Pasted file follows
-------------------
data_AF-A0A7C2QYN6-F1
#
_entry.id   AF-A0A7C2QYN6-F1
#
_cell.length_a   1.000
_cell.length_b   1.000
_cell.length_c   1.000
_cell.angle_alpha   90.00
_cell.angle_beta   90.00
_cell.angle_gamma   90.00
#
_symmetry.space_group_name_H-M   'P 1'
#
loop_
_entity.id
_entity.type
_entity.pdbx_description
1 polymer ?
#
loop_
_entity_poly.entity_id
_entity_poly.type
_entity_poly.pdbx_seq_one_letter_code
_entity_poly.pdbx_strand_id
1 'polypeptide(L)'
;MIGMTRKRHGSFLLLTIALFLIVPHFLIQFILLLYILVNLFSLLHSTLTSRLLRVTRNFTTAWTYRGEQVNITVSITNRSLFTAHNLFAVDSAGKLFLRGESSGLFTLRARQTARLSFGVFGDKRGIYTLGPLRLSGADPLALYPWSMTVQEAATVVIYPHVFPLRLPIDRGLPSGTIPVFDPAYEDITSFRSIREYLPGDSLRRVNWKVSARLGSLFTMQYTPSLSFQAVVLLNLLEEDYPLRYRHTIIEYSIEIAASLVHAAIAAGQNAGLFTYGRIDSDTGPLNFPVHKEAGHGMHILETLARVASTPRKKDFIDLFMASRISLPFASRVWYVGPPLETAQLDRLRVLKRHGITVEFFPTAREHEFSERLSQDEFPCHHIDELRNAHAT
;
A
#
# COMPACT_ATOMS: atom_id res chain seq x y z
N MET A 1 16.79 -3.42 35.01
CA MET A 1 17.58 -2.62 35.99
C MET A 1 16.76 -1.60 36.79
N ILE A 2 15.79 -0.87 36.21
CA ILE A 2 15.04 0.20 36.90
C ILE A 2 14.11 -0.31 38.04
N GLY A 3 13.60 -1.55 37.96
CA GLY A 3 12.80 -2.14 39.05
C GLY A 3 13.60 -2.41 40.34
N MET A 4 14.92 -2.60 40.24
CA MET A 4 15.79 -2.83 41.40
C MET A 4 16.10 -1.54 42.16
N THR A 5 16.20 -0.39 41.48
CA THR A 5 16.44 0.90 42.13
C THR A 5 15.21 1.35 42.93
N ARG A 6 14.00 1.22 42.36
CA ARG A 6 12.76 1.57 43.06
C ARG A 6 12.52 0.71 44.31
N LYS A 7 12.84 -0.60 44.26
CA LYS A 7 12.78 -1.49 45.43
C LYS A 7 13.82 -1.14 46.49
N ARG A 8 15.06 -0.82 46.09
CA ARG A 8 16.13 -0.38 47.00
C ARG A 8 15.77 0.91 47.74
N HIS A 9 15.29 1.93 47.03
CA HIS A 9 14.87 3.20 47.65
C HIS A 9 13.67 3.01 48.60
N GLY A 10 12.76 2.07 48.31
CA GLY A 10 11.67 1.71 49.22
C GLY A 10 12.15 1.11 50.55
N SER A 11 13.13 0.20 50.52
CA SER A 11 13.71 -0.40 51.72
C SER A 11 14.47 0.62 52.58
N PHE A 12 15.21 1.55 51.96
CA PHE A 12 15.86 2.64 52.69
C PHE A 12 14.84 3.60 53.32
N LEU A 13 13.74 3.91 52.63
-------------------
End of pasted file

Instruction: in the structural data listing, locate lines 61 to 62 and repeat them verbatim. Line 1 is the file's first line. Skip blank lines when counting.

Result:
N SER A 11 13.13 0.20 50.52
CA SER A 11 13.71 -0.40 51.72